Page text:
3. Wonderful piece and I agree with it to a large degree. However there can come a point where mess spills over into all out war on the fairly stable concept of chaos theory and you can end up drowning in mess with no goal posts for pulling out of. These situations build character (don’t you love that expression; it implies a positive, thoughtful process in which we catalog life’s experiences). The trick to this of course is recognizing it and finding the road maps to life again and achieving balance within this.
    I am a great fan of chaos theory but have allowed it to run through the fissue’s and cracks in my person. Like a constant trickle of water the mess that runs through my own chaos theory schemata these cracks have opened further and at points threaten to pull me into the chasms that are widening at my feet. Due to this the fortifications are going up and the building stones into place and the careful use of the rubble from the widening cracks are being moved into place to enable a healthy, balanced system of chaos and mess and it is being utilized to gain a healthy level of mess and chaos.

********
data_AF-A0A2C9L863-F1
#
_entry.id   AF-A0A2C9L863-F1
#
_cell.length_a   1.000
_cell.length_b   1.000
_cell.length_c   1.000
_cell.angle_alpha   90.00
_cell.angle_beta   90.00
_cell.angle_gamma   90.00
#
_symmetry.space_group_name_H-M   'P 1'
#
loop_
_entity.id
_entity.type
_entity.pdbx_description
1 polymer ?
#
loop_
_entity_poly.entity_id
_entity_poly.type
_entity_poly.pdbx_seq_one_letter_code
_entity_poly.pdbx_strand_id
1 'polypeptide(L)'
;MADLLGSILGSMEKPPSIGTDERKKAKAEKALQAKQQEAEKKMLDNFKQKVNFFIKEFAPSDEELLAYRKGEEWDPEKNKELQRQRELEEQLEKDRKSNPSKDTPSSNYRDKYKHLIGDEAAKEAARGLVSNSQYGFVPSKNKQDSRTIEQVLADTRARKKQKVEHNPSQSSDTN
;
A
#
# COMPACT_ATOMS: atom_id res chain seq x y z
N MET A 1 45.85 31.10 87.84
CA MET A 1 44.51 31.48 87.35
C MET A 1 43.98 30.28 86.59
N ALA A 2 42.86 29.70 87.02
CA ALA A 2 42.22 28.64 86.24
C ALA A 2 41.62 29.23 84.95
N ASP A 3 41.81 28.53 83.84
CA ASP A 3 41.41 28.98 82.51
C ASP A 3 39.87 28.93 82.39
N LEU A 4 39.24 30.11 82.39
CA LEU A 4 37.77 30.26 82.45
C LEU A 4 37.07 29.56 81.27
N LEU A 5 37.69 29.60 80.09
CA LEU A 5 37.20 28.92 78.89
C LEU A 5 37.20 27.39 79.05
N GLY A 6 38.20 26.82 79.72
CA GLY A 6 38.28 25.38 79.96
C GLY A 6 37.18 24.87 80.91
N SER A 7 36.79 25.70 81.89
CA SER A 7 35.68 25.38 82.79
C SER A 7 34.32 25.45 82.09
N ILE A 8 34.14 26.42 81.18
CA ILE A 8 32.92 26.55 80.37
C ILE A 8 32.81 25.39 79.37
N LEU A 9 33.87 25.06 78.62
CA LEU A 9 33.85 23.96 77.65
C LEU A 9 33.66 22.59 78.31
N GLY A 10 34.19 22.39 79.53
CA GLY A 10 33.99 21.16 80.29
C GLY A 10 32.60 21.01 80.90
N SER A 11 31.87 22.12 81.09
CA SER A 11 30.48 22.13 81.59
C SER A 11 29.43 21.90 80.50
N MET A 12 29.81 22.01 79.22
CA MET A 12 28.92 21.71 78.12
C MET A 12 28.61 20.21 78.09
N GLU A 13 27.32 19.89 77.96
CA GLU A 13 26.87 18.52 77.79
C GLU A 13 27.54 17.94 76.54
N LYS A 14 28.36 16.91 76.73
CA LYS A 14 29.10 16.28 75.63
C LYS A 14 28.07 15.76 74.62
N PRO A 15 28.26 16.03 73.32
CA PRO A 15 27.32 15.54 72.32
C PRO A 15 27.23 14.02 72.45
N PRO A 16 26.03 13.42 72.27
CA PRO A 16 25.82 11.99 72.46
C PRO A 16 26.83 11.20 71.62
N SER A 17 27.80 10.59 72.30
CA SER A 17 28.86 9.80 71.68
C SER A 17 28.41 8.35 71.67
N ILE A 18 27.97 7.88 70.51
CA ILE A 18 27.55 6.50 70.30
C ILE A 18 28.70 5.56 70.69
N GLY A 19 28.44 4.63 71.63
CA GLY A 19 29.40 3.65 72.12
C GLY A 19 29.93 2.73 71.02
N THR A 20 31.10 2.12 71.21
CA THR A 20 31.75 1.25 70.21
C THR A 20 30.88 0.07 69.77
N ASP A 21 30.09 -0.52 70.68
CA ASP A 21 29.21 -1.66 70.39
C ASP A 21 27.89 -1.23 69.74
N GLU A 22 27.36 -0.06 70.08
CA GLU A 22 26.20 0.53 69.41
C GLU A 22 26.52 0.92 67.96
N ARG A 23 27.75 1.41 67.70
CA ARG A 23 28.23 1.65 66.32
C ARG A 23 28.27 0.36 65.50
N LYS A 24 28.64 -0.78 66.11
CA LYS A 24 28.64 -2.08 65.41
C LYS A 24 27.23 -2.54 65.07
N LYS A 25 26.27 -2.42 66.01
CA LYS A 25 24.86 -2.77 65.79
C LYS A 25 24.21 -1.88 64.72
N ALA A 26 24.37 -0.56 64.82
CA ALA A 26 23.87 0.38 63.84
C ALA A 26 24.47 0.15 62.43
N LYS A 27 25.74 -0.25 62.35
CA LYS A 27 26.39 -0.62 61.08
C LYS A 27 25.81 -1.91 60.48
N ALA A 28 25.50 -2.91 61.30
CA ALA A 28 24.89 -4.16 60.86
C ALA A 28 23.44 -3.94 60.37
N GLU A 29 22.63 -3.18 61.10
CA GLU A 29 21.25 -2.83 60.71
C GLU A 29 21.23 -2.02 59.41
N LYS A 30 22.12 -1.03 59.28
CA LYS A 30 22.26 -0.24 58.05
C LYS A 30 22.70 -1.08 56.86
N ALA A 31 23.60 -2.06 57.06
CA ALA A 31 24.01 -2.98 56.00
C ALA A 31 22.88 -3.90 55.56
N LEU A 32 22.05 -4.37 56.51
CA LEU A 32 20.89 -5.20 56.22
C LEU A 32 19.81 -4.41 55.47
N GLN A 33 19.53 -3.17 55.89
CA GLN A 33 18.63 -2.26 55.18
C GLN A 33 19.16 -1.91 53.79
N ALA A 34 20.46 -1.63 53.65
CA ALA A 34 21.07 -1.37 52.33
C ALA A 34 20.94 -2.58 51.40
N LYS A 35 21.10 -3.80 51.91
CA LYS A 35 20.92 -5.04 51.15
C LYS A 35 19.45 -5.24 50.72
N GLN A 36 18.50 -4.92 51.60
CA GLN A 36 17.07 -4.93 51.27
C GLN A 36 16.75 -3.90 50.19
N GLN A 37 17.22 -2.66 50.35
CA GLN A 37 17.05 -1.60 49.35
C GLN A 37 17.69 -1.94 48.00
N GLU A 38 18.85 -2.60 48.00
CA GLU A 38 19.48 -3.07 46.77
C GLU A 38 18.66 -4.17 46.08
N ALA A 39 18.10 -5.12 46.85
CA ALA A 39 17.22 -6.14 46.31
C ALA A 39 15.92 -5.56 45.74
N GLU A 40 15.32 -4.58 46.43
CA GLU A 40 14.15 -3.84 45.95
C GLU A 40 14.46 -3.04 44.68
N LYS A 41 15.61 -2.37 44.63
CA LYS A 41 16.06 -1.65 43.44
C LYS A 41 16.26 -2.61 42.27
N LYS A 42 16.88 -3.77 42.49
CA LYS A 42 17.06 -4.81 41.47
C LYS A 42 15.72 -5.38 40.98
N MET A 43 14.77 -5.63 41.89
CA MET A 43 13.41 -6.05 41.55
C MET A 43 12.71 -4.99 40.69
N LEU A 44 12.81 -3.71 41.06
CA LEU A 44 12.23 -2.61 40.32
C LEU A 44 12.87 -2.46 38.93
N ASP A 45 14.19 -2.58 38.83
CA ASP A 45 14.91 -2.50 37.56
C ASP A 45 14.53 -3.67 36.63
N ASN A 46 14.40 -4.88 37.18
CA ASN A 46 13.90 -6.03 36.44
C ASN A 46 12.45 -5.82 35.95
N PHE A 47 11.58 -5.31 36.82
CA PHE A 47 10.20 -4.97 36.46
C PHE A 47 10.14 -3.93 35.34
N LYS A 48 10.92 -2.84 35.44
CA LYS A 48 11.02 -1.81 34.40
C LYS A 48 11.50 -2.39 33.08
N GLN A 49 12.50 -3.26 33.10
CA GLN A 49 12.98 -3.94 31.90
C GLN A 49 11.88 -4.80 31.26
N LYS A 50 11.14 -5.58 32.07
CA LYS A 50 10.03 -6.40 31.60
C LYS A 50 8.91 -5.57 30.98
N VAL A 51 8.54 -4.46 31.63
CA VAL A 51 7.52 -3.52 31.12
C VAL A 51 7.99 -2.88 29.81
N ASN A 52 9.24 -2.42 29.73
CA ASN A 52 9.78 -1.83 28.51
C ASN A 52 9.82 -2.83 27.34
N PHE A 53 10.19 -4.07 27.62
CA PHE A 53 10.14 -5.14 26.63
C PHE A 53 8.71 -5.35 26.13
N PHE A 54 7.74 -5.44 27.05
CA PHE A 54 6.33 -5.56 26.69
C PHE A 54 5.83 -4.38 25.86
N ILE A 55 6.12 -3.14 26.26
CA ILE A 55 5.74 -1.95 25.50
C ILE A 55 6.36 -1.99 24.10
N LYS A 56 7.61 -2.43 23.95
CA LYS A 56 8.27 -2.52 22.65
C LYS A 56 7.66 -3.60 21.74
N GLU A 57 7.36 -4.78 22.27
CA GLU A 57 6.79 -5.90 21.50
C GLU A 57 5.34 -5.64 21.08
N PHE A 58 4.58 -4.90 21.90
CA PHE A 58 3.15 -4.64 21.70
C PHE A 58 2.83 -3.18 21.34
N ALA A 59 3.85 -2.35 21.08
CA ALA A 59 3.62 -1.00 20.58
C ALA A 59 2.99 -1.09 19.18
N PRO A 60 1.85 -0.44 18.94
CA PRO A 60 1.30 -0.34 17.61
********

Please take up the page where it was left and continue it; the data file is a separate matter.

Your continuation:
• We can talk about this more off line. But the message is that you have to deal with mess as it arises, rather than avoiding it all together. Whilst it may take some time to resolve you can’t ignore it, or leave it or wish it away, because then you do get the spread. Cheryl, remember the “clean as you go” principle?

    • Hi Stuart, thanks for jumping aboard the Curtin Raising bus, great to have you! The Wizard of Oz, huh? Happy to say no pullies, levers, smokes or mirrors here. Learned all this the hard way. BTW, I’m the queen of the messy office. Once I had a temp secretary “clean” up of her own accord. It threw me out for weeks :)!